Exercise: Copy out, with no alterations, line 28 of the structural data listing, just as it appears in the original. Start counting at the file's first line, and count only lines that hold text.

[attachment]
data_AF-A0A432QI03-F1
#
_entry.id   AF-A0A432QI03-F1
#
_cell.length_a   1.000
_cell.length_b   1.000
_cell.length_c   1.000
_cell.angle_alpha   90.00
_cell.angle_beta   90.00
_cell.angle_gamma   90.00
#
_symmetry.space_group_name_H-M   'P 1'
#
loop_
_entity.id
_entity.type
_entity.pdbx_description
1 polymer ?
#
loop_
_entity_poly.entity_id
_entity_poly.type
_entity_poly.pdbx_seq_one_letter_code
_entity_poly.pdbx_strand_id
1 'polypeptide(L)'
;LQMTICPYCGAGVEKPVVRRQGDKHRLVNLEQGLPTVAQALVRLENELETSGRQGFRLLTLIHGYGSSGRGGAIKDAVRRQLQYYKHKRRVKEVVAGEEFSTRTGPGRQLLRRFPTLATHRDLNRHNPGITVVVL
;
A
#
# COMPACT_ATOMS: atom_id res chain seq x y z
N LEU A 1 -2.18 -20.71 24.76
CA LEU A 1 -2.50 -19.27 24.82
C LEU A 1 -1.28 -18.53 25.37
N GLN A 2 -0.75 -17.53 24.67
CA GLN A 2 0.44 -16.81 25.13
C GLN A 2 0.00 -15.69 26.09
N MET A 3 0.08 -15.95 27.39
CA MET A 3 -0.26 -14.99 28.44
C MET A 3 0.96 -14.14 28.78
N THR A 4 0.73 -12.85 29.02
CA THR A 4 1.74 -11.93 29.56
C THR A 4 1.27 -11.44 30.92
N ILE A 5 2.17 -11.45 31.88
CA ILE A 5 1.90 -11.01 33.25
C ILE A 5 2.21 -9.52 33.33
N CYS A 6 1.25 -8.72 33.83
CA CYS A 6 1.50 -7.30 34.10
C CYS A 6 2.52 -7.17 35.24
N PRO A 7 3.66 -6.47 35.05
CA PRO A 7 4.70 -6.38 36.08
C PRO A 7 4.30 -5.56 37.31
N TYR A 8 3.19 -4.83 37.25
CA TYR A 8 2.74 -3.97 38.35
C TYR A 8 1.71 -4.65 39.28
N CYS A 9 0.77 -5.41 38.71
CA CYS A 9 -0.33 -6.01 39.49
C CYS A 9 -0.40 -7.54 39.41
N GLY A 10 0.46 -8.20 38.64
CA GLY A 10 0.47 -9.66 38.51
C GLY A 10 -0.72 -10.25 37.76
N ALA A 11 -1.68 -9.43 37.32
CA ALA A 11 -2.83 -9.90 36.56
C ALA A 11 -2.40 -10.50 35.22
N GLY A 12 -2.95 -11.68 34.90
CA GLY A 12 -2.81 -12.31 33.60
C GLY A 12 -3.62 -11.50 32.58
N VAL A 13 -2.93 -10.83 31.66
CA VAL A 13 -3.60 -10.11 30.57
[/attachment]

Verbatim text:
A